The well-known 64-year-old lawmaker and rancher from Walnut Grove triumphed over his Democratic competitors in Tuesday's special 10th Congressional District primary.
"I have represented every part of this district for the past 10-1/2 years," Garamendi said via telephone over the din of his campaign party in Walnut Creek late Tuesday. "The people of this district understood that I knew the issues that they cared about and that I could be a good and forceful representative."
The well-known Garamendi will advance to the Nov. 3 runoff as the prohibitive favorite in this heavily Democratic district.
He will most likely face Dougherty Valley attorney David Harmer, who won by a substantial margin among the field of six Republican candidates.
The returns also showed Garamendi beating, respectively, fellow Democrats state Sen. Mark DeSaulnier, of Concord; Assemblywoman Joan Buchanan, of Alamo; Iraq war veteran Anthony Woods, of Fairfield; and investigator Adriel Hampton, of Dublin.
In addition to the top Republican and Democrat finishers, three minor party candidates who had no primary challengers will compete in the runoff.
Garamendi abandoned his bid for governor earlier this year and set his sights on the rare -- and more attainable -- open congressional seat.
He ran on his broad name recognition and a deep political r sum that includes
Garamendi successfully fended off accusations during the campaign that he was a carpetbagger from a neighboring congressional district who chose an easy contest rather than take on Republican incumbent Rep. Dan Lungren in his home district.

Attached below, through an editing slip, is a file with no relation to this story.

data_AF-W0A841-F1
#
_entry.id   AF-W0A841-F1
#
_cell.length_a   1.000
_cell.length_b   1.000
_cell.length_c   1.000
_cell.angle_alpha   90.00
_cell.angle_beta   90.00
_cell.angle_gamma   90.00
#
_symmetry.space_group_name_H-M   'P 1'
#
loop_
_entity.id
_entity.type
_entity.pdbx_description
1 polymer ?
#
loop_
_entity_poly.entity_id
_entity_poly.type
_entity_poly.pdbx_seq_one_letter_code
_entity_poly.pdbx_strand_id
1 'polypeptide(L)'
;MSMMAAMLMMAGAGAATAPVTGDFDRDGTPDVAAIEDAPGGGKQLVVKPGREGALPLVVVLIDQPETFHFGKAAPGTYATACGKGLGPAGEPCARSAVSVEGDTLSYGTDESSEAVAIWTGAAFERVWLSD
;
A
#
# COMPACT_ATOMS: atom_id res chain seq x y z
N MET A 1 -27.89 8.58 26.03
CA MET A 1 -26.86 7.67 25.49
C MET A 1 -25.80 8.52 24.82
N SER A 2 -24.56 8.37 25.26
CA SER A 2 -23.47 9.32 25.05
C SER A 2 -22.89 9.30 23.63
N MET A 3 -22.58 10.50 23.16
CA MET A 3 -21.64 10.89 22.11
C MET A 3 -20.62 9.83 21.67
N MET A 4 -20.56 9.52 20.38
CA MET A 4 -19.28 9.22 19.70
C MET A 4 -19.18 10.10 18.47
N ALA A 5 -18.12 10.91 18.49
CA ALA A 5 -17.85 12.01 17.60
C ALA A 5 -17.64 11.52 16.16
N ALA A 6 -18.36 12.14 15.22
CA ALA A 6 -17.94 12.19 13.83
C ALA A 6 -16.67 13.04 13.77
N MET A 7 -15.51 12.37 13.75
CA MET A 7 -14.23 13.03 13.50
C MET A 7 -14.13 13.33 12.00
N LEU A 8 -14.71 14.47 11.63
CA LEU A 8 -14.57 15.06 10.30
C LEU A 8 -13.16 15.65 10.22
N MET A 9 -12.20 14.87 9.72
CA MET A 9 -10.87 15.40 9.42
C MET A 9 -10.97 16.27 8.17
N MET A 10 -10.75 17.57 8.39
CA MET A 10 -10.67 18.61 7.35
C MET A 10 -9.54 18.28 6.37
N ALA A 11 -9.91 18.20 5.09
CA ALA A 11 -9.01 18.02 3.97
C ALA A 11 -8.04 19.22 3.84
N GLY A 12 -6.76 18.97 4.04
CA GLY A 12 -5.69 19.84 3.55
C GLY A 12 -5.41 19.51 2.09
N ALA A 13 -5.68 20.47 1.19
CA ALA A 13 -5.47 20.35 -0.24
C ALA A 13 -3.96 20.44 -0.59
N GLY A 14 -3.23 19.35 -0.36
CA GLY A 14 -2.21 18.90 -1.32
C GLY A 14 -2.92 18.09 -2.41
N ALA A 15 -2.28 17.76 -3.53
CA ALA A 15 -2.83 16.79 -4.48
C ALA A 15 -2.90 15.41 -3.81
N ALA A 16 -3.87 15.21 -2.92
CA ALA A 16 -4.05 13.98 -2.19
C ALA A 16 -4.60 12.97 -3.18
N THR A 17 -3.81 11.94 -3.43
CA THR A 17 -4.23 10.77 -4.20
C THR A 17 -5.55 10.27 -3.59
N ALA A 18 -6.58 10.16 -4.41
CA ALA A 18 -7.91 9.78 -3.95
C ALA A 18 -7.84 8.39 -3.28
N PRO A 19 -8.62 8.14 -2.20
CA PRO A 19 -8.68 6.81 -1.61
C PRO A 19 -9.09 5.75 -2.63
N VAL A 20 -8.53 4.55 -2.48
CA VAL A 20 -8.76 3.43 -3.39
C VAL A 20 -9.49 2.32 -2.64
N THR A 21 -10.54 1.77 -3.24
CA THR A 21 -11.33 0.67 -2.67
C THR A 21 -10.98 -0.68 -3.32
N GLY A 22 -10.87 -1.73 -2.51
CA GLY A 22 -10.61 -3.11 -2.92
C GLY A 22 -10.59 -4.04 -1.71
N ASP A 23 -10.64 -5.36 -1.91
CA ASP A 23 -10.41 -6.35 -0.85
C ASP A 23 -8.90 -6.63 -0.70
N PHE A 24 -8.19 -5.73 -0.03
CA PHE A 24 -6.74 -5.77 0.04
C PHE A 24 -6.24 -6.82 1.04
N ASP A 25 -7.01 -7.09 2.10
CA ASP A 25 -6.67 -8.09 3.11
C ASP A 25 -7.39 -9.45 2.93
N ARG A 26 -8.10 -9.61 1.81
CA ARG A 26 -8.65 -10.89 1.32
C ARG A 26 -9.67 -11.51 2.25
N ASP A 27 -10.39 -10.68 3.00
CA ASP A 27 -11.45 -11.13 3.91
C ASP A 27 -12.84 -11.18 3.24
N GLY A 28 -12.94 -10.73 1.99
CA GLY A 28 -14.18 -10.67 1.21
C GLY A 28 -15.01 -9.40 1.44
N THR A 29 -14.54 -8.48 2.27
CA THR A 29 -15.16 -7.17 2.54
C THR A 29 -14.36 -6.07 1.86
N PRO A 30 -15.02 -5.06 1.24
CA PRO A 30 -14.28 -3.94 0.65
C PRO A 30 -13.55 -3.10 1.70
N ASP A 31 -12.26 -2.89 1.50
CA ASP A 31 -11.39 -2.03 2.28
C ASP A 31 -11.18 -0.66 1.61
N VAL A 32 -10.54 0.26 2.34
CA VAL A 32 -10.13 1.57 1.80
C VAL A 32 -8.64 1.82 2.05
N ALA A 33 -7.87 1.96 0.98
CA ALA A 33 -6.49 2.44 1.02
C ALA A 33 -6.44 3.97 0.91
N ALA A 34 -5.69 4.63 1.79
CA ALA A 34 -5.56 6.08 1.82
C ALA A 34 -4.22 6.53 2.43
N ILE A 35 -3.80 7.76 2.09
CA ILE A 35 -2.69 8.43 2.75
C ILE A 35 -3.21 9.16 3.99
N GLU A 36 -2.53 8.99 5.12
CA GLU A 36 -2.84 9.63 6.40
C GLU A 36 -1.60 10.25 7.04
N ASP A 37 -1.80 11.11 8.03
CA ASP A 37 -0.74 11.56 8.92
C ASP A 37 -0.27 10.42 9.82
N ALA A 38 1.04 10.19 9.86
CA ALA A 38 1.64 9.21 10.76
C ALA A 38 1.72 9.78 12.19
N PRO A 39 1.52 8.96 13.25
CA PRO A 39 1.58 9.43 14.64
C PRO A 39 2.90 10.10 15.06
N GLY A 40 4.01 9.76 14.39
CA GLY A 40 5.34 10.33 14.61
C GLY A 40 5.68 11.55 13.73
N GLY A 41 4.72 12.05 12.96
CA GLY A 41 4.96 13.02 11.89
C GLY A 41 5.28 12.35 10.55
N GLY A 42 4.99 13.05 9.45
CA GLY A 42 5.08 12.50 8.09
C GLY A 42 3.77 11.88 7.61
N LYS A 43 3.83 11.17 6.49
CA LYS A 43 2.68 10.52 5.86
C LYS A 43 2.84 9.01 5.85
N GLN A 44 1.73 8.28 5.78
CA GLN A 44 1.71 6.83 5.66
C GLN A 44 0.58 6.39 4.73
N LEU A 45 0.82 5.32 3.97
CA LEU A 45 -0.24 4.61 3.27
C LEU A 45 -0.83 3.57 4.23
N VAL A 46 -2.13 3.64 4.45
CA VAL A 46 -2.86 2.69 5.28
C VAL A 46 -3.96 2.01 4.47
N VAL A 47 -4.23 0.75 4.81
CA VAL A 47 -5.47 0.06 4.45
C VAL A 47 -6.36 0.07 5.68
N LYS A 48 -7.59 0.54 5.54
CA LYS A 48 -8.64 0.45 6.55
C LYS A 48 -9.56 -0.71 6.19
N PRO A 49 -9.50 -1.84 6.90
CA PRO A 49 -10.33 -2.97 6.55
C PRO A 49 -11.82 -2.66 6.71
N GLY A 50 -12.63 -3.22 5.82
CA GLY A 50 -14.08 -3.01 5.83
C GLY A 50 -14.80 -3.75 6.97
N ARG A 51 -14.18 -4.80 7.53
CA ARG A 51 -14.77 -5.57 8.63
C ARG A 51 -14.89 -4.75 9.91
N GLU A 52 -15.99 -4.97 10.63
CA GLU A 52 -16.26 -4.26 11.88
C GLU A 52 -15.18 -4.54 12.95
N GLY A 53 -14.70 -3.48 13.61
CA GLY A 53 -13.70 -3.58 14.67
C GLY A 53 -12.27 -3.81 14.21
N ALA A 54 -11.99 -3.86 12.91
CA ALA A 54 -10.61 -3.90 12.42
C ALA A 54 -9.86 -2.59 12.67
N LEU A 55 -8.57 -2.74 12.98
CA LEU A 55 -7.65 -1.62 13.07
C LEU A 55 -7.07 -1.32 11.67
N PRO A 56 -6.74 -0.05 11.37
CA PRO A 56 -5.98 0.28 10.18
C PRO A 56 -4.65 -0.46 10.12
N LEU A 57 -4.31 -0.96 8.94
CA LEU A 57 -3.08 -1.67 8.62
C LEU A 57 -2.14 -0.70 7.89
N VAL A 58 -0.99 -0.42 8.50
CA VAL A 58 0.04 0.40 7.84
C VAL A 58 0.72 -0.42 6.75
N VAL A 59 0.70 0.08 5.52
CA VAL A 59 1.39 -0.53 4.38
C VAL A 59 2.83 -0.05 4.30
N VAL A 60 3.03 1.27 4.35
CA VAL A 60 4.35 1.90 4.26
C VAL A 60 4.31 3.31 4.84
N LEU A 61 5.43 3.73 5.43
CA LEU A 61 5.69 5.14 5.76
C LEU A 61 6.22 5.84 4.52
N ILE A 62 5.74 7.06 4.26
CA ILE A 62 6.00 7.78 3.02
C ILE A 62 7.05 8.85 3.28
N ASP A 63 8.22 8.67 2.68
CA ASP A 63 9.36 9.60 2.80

The lieutenant governor's Walnut Grove home sits across the Sacramento River from the District 10 boundary; he couldn't even vote for himself on Tuesday.
The 10th Congressional District stretches from Livermore, up through a slice of the San Ramon Valley, includes Walnut Creek and Pleasant Hill, spreads out to East Contra Costa, and takes in parts of Solano and Sacramento counties.
The special election was triggered in June when former Rep. Ellen Tauscher was confirmed as Undersecretary for Arms Control and International Security in the U.S. State Department.
Political experts from both parties view the seat as very difficult for a Republican to win.
Democrats have an 18-point registration lead in District 10. And Garamendi, a proven fund raiser who has held public office for 35 years, will have ample cash as constituents and special interests flock to win favor with a presumed new member of Congress.
Despite the steep odds, local Republican leaders hope public angst over the Democrats' health care reform proposals and President Barack Obama's declining poll numbers will push voters into the Republican's column.
"Elections have a history of becoming referendums on sitting administrations," said California Republican Party Vice Chairman Tom Del Beccaro, of Lafayette. "I don't think it's going to get better for Obama" before the Nov. 3 runoff.
The likely GOP nominee, Harmer, a 47-year-old attorney, has never held public office and may find it difficult to bring in the kind of cash it will take to mount a serious challenge in a strong Democratic district.
Harmer has also refused in the primary to disclose his views on social issues, saying voters care more about the economy and jobs than abortion or gay marriage.
He may find it more difficult to duck hot-button social issues in a general election face-off with Garamendi, who is pro-choice and favors the legalization of same-sex marriage.
Harmer was first vice president and assistant general counsel in the credit card division at Providian, which was eventually acquired and dissolved by JPMorgan Chase in January.
Before moving to Dougherty Valley, the California native worked as an attorney in Salt Lake City. He also ran the campaign and Washington, D.C., office of former Utah Rep. Enid Greene Waldholtz for about a year in the mid-1990s.
Reach Lisa Vorderbrueggen at 925-945-4773 or www.ibabuzz.com/politics.
For up-to-date returns in Tuesday's special 10th Congressional District primary election, go to www.contracostatimes.com/politics.